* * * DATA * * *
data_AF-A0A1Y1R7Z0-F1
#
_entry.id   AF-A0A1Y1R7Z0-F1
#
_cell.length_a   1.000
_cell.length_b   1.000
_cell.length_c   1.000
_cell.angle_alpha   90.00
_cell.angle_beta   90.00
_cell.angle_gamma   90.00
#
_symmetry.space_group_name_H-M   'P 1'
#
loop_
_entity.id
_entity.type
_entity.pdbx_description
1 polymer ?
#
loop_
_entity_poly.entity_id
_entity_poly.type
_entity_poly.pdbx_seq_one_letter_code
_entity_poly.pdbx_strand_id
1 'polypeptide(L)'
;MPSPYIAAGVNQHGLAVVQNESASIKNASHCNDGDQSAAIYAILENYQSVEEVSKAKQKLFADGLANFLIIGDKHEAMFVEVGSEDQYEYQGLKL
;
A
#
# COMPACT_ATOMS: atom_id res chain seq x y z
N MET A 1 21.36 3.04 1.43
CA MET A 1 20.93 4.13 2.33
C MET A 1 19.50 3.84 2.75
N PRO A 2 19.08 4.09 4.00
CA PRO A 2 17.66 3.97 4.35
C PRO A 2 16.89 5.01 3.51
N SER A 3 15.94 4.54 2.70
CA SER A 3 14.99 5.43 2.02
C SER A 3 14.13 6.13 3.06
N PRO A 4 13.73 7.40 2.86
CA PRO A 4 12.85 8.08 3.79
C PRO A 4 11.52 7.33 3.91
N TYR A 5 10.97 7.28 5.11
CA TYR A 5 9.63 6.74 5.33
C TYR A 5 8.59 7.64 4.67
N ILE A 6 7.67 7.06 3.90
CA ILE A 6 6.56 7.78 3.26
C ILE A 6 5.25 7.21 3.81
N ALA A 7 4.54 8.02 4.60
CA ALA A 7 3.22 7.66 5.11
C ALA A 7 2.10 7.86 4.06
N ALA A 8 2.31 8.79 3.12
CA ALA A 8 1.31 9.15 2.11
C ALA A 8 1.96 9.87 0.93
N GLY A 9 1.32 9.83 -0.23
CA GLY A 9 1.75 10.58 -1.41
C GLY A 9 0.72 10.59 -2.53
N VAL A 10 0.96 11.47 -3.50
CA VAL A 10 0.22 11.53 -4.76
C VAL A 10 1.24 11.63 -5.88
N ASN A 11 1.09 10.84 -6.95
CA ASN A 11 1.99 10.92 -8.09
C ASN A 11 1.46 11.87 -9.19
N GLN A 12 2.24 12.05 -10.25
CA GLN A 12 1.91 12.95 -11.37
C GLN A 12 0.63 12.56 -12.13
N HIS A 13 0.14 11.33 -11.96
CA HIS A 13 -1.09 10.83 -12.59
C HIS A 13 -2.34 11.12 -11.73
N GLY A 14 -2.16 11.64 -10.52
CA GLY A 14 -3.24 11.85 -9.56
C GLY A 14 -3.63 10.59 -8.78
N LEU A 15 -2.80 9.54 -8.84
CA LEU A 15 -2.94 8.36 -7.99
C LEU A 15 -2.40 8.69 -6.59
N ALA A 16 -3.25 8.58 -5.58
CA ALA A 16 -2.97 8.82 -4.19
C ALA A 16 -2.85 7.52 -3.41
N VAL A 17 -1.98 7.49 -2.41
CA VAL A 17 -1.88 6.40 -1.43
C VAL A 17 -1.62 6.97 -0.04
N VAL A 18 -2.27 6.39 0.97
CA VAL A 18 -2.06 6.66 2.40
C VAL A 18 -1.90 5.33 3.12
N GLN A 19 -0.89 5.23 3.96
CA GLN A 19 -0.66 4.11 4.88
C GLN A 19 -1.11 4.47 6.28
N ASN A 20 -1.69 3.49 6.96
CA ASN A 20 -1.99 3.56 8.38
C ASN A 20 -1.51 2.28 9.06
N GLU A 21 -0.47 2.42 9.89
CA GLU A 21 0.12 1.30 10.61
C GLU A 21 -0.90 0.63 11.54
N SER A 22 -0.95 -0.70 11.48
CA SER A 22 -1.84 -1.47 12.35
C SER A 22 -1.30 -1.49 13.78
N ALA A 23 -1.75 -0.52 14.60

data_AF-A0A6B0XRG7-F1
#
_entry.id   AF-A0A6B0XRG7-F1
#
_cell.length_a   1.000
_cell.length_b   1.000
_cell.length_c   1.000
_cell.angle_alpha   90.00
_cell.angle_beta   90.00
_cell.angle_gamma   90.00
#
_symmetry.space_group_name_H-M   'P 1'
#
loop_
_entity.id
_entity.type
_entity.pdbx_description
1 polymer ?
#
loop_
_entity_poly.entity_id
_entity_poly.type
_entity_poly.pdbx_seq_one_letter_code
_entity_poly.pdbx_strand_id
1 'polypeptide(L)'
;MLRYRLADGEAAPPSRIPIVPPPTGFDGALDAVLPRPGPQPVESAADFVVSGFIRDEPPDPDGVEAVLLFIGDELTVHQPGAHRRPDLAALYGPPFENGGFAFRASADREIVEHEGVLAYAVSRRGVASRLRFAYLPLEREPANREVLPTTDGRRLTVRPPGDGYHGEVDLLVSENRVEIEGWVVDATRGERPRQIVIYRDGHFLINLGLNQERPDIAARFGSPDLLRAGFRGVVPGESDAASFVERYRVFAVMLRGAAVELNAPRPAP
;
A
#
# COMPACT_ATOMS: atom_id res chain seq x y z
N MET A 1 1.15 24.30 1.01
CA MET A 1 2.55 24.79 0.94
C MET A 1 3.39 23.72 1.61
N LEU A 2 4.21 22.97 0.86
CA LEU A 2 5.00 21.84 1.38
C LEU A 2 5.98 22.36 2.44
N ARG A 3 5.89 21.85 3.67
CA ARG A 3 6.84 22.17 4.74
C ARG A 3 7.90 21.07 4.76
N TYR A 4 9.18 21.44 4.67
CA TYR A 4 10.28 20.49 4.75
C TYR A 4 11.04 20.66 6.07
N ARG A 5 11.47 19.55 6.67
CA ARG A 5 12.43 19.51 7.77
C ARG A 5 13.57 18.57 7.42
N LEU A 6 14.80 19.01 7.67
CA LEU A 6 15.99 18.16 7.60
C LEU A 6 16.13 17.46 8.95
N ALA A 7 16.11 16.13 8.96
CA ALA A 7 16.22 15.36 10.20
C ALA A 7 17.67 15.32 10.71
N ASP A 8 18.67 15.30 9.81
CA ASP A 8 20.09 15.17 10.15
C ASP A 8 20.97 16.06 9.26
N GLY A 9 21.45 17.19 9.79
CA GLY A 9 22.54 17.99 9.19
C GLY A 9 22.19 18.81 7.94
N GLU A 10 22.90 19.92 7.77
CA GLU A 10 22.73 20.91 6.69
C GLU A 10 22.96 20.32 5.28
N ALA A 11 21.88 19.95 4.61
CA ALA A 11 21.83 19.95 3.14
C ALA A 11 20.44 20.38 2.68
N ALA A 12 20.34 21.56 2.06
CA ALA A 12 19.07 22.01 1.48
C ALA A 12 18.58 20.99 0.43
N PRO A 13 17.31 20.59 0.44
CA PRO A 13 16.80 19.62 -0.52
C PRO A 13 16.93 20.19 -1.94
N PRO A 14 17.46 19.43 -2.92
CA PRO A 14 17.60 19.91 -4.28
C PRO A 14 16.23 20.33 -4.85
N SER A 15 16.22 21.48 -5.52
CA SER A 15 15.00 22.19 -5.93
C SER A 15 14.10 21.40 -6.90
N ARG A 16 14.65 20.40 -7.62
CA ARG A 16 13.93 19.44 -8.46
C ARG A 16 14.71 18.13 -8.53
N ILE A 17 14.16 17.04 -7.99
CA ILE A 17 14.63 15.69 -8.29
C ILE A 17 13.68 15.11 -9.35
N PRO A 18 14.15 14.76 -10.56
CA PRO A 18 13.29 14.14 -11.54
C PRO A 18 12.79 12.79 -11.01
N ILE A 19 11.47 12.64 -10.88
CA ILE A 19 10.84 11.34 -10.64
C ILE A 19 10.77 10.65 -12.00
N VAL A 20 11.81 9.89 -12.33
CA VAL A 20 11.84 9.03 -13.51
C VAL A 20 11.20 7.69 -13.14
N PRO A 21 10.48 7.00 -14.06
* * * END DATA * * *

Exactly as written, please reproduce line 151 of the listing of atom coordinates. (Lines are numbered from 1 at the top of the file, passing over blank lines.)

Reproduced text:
C ASP A 8 20.97 16.06 9.26